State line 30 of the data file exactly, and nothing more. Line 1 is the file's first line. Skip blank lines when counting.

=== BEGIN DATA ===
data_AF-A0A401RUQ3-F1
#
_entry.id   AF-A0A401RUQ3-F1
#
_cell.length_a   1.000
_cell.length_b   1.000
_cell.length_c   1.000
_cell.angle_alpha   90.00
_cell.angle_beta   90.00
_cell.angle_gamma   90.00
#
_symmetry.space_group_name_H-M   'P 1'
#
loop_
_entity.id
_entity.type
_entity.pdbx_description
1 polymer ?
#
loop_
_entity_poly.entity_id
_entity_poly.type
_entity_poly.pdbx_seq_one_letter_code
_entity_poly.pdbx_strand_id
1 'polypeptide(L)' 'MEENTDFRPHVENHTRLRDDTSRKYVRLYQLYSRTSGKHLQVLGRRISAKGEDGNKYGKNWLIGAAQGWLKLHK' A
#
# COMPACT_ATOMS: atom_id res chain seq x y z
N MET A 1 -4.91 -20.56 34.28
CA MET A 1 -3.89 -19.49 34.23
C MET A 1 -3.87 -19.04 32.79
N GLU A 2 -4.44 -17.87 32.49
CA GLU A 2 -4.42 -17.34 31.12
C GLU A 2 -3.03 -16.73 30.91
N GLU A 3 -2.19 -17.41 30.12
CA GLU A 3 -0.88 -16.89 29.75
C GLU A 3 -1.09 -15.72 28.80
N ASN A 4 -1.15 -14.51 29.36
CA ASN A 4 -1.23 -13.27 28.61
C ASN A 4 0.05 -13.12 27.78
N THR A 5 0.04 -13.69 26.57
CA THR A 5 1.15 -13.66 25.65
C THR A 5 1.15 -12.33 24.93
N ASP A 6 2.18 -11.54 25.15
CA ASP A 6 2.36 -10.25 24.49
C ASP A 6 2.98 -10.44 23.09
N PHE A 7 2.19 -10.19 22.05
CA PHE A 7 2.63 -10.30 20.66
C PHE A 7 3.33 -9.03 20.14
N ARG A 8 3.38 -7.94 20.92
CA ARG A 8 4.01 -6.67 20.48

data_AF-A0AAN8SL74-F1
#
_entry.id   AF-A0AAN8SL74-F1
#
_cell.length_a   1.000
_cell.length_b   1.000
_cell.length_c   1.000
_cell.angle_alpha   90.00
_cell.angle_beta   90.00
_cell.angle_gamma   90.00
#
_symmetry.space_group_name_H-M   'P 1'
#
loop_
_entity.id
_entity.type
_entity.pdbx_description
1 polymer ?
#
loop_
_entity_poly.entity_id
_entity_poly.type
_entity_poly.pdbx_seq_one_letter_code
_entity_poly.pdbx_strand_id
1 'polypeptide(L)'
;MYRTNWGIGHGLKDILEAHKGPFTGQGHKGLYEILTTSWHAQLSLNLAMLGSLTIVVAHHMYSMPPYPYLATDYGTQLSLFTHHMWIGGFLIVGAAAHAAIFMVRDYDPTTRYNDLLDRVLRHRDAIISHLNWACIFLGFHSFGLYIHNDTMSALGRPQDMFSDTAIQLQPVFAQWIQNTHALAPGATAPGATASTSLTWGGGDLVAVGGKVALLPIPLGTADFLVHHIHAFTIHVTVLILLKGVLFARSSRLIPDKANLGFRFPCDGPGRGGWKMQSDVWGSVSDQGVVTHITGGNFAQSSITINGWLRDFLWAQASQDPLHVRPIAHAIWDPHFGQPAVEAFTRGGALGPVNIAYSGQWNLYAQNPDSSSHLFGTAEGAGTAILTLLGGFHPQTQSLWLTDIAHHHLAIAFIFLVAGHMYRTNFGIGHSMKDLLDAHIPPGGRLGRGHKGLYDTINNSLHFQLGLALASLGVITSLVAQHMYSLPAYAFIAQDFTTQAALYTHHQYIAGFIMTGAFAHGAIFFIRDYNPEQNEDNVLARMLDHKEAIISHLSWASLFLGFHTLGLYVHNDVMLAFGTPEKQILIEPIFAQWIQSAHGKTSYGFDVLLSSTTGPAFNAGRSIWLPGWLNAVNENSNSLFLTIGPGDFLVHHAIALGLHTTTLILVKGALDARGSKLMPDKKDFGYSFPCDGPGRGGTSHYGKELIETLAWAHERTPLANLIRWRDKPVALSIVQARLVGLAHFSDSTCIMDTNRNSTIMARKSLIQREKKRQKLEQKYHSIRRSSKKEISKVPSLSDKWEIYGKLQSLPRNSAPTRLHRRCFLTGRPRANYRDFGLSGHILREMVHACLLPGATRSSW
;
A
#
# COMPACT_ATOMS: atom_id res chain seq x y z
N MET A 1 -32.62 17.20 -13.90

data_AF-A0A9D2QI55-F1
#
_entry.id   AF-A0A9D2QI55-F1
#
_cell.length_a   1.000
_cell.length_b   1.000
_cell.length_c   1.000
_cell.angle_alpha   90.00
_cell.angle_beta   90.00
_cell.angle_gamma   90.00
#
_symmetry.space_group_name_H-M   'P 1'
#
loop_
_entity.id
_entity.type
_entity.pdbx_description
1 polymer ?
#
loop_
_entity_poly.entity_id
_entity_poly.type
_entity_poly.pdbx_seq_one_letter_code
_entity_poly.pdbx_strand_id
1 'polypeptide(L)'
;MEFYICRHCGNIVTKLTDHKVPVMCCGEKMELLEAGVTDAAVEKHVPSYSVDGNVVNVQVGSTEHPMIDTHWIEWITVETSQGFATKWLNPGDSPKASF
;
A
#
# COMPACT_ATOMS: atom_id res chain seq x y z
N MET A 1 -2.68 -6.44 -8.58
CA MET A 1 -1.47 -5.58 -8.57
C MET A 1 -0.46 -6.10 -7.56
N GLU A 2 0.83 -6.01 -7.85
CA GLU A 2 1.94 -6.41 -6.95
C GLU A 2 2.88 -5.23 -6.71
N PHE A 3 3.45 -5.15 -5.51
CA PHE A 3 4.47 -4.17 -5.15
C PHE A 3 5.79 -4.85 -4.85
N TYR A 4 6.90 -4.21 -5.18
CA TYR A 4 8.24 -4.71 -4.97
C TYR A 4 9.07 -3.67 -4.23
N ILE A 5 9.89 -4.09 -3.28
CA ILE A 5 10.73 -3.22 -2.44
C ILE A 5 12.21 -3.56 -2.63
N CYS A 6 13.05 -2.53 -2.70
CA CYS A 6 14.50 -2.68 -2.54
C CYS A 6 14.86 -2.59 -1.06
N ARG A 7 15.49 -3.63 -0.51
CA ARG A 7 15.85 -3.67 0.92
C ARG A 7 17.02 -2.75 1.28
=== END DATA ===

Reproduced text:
C MET A 1 -3.87 -19.04 32.79